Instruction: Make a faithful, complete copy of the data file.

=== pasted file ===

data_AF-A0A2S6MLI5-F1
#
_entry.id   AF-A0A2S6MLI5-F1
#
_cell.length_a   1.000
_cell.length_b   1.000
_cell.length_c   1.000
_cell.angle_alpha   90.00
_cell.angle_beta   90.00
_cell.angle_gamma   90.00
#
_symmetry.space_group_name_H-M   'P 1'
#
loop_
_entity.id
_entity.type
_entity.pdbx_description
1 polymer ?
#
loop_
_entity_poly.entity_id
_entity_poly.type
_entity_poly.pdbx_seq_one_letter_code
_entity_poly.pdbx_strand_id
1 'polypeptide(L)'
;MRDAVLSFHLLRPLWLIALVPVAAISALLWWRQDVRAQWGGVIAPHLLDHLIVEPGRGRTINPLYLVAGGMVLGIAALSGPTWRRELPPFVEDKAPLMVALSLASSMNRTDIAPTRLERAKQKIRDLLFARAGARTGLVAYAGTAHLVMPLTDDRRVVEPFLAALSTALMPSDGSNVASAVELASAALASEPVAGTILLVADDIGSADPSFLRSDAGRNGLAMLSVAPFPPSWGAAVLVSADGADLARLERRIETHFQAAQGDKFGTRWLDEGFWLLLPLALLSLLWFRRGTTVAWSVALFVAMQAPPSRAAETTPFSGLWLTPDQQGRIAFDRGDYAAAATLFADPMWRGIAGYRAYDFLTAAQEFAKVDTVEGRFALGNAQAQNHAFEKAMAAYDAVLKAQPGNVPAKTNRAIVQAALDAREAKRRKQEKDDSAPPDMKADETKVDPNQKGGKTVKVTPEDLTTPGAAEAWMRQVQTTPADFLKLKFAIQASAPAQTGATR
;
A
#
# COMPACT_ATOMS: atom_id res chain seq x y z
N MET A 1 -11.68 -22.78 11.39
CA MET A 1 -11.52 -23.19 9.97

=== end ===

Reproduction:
data_AF-A0A2S6MLI5-F1
#
_entry.id   AF-A0A2S6MLI5-F1
#
_cell.length_a   1.000
_cell.length_b   1.000
_cell.length_c   1.000
_cell.angle_alpha   90.00
_cell.angle_beta   90.00
_cell.angle_gamma   90.00
#
_symmetry.space_group_name_H-M   'P 1'
#
loop_
_entity.id
_entity.type
_entity.pdbx_description
1 polymer ?
#
loop_
_entity_poly.entity_id
_entity_poly.type
_entity_poly.pdbx_seq_one_letter_code
_entity_poly.pdbx_strand_id
1 'polypeptide(L)'
;MRDAVLSFHLLRPLWLIALVPVAAISALLWWRQDVRAQWGGVIAPHLLDHLIVEPGRGRTINPLYLVAGGMVLGIAALSGPTWRRELPPFVEDKAPLMVALSLASSMNRTDIAPTRLERAKQKIRDLLFARAGARTGLVAYAGTAHLVMPLTDDRRVVEPFLAALSTALMPSDGSNVASAVELASAALASEPVAGTILLVADDIGSADPSFLRSDAGRNGLAMLSVAPFPPSWGAAVLVSADGADLARLERRIETHFQAAQGDKFGTRWLDEGFWLLLPLALLSLLWFRRGTTVAWSVALFVAMQAPPSRAAETTPFSGLWLTPDQQGRIAFDRGDYAAAATLFADPMWRGIAGYRAYDFLTAAQEFAKVDTVEGRFALGNAQAQNHAFEKAMAAYDAVLKAQPGNVPAKTNRAIVQAALDAREAKRRKQEKDDSAPPDMKADETKVDPNQKGGKTVKVTPEDLTTPGAAEAWMRQVQTTPADFLKLKFAIQASAPAQTGATR
;
A
#
# COMPACT_ATOMS: atom_id res chain seq x y z
N MET A 1 -11.68 -22.78 11.39
CA MET A 1 -11.52 -23.19 9.97